“It would be tantalizing to find microfossils of extraterrestrial forms of life on the moon. Even more exciting would be to find traces of technological equipment that crashed on the lunar surface a billion years ago, amounting to a letter from an alien civilization saying, “We exist,” speculated Harvard University’s chief astronomer Avi Loeb, asking can the moon provide clues for extraterrestrial life?
“The absence of a lunar atmosphere,” writes Loeb in “The Moon as a Fishing Net for Extraterrestrial Life”, “guarantees that these messengers would reach the lunar surface without burning up. In addition, the geological inactivity of the moon implies that the record deposited on its surface will be preserved and not mixed with the deep lunar interior. Serving as a natural mailbox, the lunar surface collected all impacting objects during the past few billions of years. Most of this “mail” comes from within the solar system.”
Apollo 14 Discovery –At the edge of Cone Crater
Less speculative is the discovery of a rock found by astronaut Astronaut Alan Shepard at the Apollo 14 landing site near the edge of Cone Crater, where it had rested for millions of years, and brought it back to Earth for analysis. A rock formed on the Earth and brought to the surface of the moon as a meteorite generated by a massive asteroid hitting Earth about four billion years ago, ejecting material into space and to the moon. Apollo 14 was the last of NASA’s “H missions“, landings at specific sites of scientific interest on the Moon for two-day stays with two lunar extravehicular activities –EVAs or moonwalks.
Further impacts on the moon at later times would have mixed the Earth rocks with lunar rocks, including at the future Apollo 14 landing site (below), where it was collected by Shepard.
In 2019 findings published in science journal Earth and Planetary Science Letters, confirmed that the sample collected during the 1971 Apollo 14 lunar mission contained traces of minerals with a chemical composition common to Earth and very unusual for the moon.
The sample was on loan from NASA to Curtin University, where it was investigated in cooperation with researchers from the Swedish Museum of Natural History, Australian National University and Lunar and Planetary Institute in Houston.
Research author Professor Alexander Nemchin, from Curtin’s School of Earth and Planetary Sciences, said the 1.8 gram sample showed mineralogy similar to that of granite, which is extremely rare on the moon but common on Earth.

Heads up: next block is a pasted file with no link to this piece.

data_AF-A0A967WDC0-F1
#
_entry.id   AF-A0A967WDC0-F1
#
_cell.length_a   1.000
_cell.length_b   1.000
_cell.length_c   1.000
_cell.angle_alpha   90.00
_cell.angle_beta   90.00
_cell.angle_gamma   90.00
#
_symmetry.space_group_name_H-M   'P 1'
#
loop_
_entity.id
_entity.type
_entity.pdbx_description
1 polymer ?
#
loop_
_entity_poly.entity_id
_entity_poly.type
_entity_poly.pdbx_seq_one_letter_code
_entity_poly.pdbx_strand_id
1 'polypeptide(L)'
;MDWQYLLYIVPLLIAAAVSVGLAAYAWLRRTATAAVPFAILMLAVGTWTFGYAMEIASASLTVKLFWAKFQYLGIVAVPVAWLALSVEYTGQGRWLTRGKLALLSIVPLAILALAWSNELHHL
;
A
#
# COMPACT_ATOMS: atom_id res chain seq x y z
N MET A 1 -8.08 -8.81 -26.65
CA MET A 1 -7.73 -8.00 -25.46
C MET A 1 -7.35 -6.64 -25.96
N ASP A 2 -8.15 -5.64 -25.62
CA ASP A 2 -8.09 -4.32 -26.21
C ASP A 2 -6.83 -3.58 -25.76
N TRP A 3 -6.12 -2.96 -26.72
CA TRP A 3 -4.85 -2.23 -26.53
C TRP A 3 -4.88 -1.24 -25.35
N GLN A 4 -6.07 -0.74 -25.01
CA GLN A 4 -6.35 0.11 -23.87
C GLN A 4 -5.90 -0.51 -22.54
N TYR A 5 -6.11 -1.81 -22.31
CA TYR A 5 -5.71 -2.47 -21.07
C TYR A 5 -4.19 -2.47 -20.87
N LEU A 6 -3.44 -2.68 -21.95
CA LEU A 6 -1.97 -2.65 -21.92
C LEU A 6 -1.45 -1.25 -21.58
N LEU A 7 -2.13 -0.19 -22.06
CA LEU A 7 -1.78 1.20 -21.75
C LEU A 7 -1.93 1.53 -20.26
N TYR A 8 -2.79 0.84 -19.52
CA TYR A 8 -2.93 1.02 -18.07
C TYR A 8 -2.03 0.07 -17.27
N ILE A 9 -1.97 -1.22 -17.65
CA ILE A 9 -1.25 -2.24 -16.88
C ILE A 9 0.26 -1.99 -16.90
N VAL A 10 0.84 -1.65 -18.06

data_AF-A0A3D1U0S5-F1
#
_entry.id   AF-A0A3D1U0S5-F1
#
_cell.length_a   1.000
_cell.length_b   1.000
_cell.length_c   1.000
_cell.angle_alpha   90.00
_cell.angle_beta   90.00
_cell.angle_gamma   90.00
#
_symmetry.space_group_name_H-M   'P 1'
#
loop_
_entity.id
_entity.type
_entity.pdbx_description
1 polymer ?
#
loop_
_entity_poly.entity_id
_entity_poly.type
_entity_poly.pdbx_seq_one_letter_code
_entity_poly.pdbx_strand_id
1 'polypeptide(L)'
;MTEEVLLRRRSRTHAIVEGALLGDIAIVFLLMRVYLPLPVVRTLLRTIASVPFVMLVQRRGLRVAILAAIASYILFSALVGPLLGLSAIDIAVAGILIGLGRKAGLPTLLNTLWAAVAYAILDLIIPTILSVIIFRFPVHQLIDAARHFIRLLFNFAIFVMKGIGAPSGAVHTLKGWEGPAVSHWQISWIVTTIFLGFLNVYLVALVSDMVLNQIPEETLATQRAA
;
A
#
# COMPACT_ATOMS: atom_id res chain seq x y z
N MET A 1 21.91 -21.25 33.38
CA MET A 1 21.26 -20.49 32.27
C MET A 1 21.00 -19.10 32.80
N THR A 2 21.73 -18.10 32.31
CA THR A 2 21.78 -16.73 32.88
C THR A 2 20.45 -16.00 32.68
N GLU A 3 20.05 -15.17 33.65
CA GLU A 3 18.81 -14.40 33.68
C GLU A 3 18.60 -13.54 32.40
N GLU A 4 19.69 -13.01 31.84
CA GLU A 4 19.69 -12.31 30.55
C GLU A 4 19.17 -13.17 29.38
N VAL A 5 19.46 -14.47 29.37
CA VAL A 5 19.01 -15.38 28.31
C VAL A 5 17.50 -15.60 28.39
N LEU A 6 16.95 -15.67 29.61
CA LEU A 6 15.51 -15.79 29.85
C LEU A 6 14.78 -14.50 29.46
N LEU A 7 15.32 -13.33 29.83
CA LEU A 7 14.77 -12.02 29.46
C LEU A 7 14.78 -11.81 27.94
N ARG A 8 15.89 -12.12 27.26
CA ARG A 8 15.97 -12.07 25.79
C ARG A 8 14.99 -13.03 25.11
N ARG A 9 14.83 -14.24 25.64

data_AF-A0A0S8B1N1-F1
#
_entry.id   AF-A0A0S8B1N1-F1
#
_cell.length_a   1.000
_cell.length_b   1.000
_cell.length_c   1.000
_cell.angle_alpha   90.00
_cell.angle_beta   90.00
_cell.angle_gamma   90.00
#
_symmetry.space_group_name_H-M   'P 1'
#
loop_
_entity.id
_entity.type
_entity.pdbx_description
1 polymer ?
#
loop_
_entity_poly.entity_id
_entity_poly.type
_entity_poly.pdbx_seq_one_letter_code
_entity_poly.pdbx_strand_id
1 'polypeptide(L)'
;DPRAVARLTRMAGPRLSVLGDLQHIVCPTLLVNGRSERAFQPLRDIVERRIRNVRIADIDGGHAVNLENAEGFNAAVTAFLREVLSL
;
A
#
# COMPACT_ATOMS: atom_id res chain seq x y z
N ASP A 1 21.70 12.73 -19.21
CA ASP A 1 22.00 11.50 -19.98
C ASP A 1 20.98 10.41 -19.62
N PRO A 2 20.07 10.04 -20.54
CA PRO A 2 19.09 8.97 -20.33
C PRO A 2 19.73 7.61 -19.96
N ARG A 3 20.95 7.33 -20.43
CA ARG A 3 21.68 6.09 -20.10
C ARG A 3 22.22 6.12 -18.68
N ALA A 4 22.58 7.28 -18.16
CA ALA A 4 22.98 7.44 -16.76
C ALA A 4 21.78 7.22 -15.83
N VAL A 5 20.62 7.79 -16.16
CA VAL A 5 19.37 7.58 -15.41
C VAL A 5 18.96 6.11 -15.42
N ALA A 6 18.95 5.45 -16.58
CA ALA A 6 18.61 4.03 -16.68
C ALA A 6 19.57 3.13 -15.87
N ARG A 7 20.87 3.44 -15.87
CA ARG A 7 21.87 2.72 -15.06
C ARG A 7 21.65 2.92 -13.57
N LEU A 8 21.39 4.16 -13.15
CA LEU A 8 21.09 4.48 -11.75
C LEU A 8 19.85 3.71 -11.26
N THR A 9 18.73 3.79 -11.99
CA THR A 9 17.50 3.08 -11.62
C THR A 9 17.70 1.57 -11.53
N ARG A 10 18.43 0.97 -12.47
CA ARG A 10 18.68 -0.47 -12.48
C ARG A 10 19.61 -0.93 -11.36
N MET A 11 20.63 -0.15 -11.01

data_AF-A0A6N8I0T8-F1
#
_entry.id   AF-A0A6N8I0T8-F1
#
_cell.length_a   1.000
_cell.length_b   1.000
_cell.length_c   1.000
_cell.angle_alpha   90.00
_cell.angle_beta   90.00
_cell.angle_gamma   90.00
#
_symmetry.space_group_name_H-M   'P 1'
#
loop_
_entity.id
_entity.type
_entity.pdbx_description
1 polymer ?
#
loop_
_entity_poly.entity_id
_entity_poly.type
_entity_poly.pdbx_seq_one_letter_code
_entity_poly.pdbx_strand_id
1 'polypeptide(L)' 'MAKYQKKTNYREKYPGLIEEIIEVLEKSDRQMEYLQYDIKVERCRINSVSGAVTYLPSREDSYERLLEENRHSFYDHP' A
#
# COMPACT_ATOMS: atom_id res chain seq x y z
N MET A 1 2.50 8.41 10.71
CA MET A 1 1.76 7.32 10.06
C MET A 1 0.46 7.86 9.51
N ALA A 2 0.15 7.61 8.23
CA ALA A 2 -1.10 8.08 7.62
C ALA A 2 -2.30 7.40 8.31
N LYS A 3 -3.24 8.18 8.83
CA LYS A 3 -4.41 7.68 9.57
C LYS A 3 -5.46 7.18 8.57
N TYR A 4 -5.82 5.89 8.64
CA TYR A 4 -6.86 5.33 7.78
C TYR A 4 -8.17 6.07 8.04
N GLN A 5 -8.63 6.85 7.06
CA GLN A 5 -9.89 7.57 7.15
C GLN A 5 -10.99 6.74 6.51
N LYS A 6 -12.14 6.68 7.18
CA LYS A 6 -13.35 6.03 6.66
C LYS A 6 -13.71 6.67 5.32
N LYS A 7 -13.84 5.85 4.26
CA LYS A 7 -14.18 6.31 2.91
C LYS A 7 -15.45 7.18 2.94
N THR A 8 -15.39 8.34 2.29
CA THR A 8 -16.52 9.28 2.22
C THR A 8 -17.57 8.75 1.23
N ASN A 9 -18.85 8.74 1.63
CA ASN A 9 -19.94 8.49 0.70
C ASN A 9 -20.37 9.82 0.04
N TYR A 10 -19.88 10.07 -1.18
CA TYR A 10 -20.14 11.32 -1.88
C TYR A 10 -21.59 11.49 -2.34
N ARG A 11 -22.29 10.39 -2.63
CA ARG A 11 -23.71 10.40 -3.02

Similar to the oldest rocks on Earth
“The sample also contains quartz, which is an even more unusual find on the moon,” Professor Nemchin said. “By determining the age of zircon found in the sample, we were able to pinpoint the age of the host rock at about four billion years old, making it similar to the oldest rocks on Earth. In addition, the chemistry of the zircon in this sample is very different from that of every other zircon grain ever analyzed in lunar samples, and remarkably similar to that of zircons found on Earth.”
Professor Nemchin said the chemistry of the zircon lunar sample indicated that it formed at low temperature and probably in the presence of water and at oxidized conditions, making it characteristic of Earth and highly irregular for the moon.
“It is possible that some of these unusual conditions could have occurred very locally and very briefly on the moon and the sample is a result of this brief deviation from normality,” Professor Nemchin said.
“However,” he concluded, “a simpler explanation is that this piece was formed on the Earth and brought to the surface of the moon as a meteorite generated by an asteroid hitting Earth about four billion years ago, and throwing material into space and to the moon.”
The Daily Galaxy, Avi Shporer, Research Scientist, MIT Kavli Institute for Astrophysics and Space Research via Curtin University. Avi was formerly a NASA Sagan Fellow at the Jet Propulsion Laboratory (JPL).
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